Started by Brian Wong, a 19-year-old wunderkind now backed by $4 million in venture capital, the HTML5-based system can be used in almost all Internet-connected game platforms.
Kiip is not based on earning points to redeem merchandise, a la Microsoft's Club Bing. Instead, when a player clears a certain level, an alert for an advertiser-paid reward pops up. Examples include mascara from Sephora, a box of Popchips or more expensive items at higher levels of play (like a Sony Dash). The rewards offered are mostly determined by the type of game, which match up well with demographics.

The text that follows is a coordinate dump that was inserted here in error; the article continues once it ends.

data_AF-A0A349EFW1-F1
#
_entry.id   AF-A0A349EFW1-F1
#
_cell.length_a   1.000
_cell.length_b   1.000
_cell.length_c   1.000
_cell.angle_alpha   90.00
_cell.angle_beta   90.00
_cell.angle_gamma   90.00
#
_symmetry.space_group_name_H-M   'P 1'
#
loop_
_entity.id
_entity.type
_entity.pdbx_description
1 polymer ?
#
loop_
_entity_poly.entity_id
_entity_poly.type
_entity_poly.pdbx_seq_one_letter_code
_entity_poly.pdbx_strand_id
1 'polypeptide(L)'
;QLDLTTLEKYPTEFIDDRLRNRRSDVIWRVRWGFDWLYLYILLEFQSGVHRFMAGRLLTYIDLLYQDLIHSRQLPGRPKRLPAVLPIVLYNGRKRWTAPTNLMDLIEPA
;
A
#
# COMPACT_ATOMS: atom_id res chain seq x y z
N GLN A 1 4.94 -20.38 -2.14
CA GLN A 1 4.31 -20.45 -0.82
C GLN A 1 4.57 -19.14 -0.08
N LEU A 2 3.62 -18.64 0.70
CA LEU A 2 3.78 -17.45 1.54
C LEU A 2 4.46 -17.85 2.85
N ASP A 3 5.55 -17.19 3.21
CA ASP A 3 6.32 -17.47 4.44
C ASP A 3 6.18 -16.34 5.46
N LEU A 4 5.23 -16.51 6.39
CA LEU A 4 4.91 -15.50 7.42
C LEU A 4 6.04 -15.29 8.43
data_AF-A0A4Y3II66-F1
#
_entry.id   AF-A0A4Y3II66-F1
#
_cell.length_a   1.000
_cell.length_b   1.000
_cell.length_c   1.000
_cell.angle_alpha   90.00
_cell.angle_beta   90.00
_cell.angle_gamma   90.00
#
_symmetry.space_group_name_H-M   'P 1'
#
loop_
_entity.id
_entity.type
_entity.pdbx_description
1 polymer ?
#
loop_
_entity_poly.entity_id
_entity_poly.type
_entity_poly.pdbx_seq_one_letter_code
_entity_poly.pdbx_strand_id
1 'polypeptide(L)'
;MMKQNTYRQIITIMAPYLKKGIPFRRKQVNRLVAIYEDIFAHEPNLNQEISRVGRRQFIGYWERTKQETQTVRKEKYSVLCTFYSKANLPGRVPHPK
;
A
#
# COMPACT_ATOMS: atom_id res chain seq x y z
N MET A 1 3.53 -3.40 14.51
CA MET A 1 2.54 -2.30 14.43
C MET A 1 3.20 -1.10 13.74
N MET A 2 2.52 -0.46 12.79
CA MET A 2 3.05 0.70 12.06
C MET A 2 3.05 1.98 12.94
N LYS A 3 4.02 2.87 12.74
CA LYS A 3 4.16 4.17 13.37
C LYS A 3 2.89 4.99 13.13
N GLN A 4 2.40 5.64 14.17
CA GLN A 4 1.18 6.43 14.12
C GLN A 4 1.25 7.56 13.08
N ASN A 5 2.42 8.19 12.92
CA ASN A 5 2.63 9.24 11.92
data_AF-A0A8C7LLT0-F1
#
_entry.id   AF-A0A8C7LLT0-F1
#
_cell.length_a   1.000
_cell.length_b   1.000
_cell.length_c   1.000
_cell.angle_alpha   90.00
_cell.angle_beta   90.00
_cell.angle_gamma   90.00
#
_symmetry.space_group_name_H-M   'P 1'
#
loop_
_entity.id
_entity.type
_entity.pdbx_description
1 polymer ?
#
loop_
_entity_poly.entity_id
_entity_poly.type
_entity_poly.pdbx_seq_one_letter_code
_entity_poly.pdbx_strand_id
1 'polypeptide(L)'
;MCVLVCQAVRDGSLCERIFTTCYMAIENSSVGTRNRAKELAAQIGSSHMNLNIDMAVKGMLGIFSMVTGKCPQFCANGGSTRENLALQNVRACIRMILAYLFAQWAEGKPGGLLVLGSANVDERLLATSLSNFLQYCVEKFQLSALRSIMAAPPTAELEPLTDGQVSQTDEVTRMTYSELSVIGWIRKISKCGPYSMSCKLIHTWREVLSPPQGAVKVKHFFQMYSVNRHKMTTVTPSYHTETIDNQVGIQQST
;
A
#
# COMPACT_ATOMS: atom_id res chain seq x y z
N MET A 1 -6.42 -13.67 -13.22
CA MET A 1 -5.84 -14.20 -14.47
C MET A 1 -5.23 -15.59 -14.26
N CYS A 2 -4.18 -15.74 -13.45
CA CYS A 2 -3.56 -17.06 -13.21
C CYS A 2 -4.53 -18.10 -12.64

To redeem a reward, the user must supply his/her email address, which is used to send a redemption code to the player (who can then resume playing). The player needn't sign up for a Kiip account, and emails aren't given to the sponsoring advertisers.
In limited real-word tests, 50% of those who supplied email addresses clicked into the emails to get their codes and redeemed their prizes, reports Wired.